What Other Tools Help me Build My New Deck?
Although Barkeep does not destroy cards in your deck, it does allow you to purchase more than one card when visiting the village. After several visits, you can remove Barkeep from your deck. Town Guard also possesses this ability. Instead of allowing you to purchase multiple cards, Town Guard draws you extra cards in hopes of adding more Gold or good Village effects to your hand. I really like Town Guard’s ability to draw through your deck faster than usual. It accelerates when the new cards you have added to your deck will show up in your hand. The fact that both of these cards remove themselves also aids the strategy of improving the average card quality of your deck and minimizing the useless cards. Once you feel ready to face the Dungeon, all these cards destroy themselves; therefore, they make your deck as efficient as possible when preparing for the dungeon. The tough part comes when you must decide which of these cards you want for your deck at any given time.
Today’s Challenge
Below includes a set up for a four player game.
Village
Village cards in addition to basic cards for Today’s Challenge
  • Banish
  • Pawnbroker
  • Trainer
  • Barkkeep
  • Town Guard
  • Battle Fury
  • Feast
  • Fireball
Heroes available for Today’s Challenge
  • Iron Rations
  • Torch
  • Dagger
  • Militia
  • Selurin Magican
  • Reblade Killer
  • Feayn Archer
  • Outlands Warrior
Dungeon
  • Ooze
  • Doomknight
  • Undead – Doom
Monsters in dungeon for Today’s Challenge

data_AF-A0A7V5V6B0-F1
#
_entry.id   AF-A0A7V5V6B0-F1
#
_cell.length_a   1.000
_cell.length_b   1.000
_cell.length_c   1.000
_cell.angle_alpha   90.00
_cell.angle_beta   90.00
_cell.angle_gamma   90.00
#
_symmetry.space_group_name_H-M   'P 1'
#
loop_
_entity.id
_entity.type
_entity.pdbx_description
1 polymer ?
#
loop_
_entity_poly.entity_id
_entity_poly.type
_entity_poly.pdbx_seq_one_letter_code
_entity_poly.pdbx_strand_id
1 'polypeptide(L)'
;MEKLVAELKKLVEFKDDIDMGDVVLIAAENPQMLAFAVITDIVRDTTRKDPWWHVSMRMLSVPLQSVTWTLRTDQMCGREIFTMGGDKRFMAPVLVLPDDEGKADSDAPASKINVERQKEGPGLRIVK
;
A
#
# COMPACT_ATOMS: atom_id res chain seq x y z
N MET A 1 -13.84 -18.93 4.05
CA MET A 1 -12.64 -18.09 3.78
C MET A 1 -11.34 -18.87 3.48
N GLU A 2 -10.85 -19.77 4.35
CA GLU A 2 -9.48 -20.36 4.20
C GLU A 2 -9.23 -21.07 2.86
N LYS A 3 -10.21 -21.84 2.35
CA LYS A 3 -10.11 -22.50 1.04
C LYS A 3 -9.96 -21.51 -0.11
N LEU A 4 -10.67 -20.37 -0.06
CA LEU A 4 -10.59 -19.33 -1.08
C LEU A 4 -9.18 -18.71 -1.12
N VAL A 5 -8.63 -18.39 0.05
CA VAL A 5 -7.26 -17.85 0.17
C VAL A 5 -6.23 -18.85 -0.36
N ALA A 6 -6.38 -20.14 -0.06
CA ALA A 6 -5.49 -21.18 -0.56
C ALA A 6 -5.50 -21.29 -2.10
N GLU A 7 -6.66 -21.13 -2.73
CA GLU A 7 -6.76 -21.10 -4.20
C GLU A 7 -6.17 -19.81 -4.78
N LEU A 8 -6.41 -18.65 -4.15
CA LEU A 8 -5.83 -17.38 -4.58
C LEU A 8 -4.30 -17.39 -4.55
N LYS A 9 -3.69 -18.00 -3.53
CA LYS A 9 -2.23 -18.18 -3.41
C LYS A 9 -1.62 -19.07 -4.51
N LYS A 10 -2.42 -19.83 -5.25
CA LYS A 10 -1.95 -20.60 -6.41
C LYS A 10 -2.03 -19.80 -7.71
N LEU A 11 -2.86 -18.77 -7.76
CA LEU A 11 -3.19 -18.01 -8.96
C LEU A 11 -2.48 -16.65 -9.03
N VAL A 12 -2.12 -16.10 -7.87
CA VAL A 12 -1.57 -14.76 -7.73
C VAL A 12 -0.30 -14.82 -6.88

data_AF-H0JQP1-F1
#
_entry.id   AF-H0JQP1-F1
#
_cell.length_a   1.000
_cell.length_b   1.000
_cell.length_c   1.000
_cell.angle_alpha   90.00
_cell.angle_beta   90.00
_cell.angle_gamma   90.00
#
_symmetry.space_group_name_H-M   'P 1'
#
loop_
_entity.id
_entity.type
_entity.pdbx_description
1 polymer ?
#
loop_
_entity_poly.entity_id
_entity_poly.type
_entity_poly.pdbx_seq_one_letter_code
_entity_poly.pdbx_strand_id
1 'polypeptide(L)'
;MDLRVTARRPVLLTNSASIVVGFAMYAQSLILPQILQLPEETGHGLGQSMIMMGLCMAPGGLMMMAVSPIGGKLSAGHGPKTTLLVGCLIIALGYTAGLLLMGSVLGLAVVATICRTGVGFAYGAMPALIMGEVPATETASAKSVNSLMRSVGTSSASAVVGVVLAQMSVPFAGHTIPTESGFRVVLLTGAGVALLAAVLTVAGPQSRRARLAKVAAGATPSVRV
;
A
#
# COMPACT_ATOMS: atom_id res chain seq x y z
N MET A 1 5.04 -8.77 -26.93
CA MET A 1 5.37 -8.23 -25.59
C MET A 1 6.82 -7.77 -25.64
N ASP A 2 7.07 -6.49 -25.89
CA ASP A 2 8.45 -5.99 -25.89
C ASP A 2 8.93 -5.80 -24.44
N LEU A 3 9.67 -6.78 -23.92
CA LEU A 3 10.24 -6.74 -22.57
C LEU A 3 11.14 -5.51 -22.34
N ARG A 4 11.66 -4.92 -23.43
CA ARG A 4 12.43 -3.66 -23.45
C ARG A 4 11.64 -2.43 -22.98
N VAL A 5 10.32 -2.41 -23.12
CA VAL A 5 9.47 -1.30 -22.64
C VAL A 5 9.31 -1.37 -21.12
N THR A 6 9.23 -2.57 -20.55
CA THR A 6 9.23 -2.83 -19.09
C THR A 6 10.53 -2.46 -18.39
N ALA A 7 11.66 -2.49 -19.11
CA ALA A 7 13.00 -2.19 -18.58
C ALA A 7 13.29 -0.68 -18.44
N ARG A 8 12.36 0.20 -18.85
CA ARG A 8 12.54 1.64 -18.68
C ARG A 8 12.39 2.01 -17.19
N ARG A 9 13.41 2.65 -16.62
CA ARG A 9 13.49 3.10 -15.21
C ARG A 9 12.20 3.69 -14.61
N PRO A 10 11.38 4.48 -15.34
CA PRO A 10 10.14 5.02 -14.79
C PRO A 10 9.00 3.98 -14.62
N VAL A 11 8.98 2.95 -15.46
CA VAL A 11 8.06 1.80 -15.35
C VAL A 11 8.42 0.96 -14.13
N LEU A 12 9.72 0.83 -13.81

How would you build your deck? What cards would your prioritize? What game plan will not only effectively defeat monsters in the dungeon, but provide the most efficient means of reaching high power level before other players?
Let us know what you think.
Additional Information
For more information about Thunderstone check the product page on BoardGameGeek.com.
Interested in purchasing a copy of Thunderstone? Try the following links.
If you live in the tri-state area, consider stopping by AU to pick up a copy and play with the staff. Although not many staff members know how to play this game, I always want to play more. Interested in playing at AU? Drop Next Level Card Games a line. Contact us at info@nextlevelcardgames.com. Use the subject line: Playing Thunderstone at AU. Let us know your schedule and we will try to set up a time to play together.

Nightfall Strategy: How to Draft Your Archive

By Brian Durkin
Different types of wounds
Synergy – the interaction or cooperation of two or more organizations, substances, or other agents to produce a combined effect greater than the sum of their separate effects.
In a multiplayer game of Nightfall, you have the chance to select cards for your private archive and build a synergistic deck only available to you. What should you consider when selecting cards?
Going Moonfinite
Look out for cards that can chain off each other. Marcus Toth and Alton Hickman may not seem that exciting on their own, but you can drop your entire hand if it consists of only these guys. Well timed moves like this can devastate your opponents and swing you into a commanding position. When drafting cards for your private archive, always consider defaulting to taking two cards that allow you to play them in succession over and over again. But what if your second pack does not contain a card you can do this with?
You can chain these two cards forever.
Kick It!
“You wake up late for school, man, you don’t wanna go.” You ask your neighbor for some help and she says, “No!” Did someone cut you off from going moonfinite? No worries. Hopefully the pack provides a card with a kicker ability you can exploit or a card that allows you to kick your first pick. Maybe you took Blood Rage as your first pick and your neighbor passes you Vulko. You can’t chain these cards forever, but playing them in the right order gives you a powerful bonus. I find kickers difficult to execute, so any player able to activate them on a consistent basis will pull ahead in a hurry.
You can activate the kicker of Vulko by playing Blood Rage before it.
Combos, Shmon-bos, I Got Nothing but Non-bos